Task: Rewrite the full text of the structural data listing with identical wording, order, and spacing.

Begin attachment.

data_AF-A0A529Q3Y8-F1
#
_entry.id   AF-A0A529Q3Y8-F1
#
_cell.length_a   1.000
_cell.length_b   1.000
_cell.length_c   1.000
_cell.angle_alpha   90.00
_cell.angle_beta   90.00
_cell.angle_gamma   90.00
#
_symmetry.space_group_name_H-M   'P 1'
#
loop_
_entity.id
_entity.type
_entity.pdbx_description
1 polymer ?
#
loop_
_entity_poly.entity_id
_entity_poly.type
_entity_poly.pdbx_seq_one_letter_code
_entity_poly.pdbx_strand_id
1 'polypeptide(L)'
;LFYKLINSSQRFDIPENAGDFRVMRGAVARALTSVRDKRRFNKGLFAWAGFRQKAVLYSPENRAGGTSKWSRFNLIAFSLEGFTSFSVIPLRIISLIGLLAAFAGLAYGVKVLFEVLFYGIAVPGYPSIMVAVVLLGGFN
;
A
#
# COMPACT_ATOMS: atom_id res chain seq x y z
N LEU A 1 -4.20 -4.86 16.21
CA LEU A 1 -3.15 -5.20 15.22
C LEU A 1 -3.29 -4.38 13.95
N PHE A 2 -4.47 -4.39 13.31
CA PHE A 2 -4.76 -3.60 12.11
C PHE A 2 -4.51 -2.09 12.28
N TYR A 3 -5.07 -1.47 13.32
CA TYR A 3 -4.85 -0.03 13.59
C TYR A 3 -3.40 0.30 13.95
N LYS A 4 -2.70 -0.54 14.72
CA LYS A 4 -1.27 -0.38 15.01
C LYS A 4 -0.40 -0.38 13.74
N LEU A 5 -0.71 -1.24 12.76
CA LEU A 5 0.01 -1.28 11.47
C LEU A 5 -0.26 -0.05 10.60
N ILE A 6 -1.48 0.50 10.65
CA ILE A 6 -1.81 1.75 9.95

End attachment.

data_AF-A0A529Q3Y8-F1
#
_entry.id   AF-A0A529Q3Y8-F1
#
_cell.length_a   1.000
_cell.length_b   1.000
_cell.length_c   1.000
_cell.angle_alpha   90.00
_cell.angle_beta   90.00
_cell.angle_gamma   90.00
#
_symmetry.space_group_name_H-M   'P 1'
#
loop_
_entity.id
_entity.type
_entity.pdbx_description
1 polymer ?
#
loop_
_entity_poly.entity_id
_entity_poly.type
_entity_poly.pdbx_seq_one_letter_code
_entity_poly.pdbx_strand_id
1 'polypeptide(L)'
;LFYKLINSSQRFDIPENAGDFRVMRGAVARALTSVRDKRRFNKGLFAWAGFRQKAVLYSPENRAGGTSKWSRFNLIAFSLEGFTSFSVIPLRIISLIGLLAAFAGLAYGVKVLFEVLFYGIAVPGYPSIMVAVVLLGGFN
;
A
#
# COMPACT_ATOMS: atom_id res chain seq x y z
N LEU A 1 -4.20 -4.86 16.21
CA LEU A 1 -3.15 -5.20 15.22
C LEU A 1 -3.29 -4.38 13.95
N PHE A 2 -4.47 -4.39 13.31
CA PHE A 2 -4.76 -3.60 12.11
C PHE A 2 -4.51 -2.09 12.28
N TYR A 3 -5.07 -1.47 13.32
CA TYR A 3 -4.85 -0.03 13.59
C TYR A 3 -3.40 0.30 13.95
N LYS A 4 -2.70 -0.54 14.72
CA LYS A 4 -1.27 -0.38 15.01
C LYS A 4 -0.40 -0.38 13.74
N LEU A 5 -0.71 -1.24 12.76
CA LEU A 5 0.01 -1.28 11.47
C LEU A 5 -0.26 -0.05 10.60
N ILE A 6 -1.48 0.50 10.65
CA ILE A 6 -1.81 1.75 9.95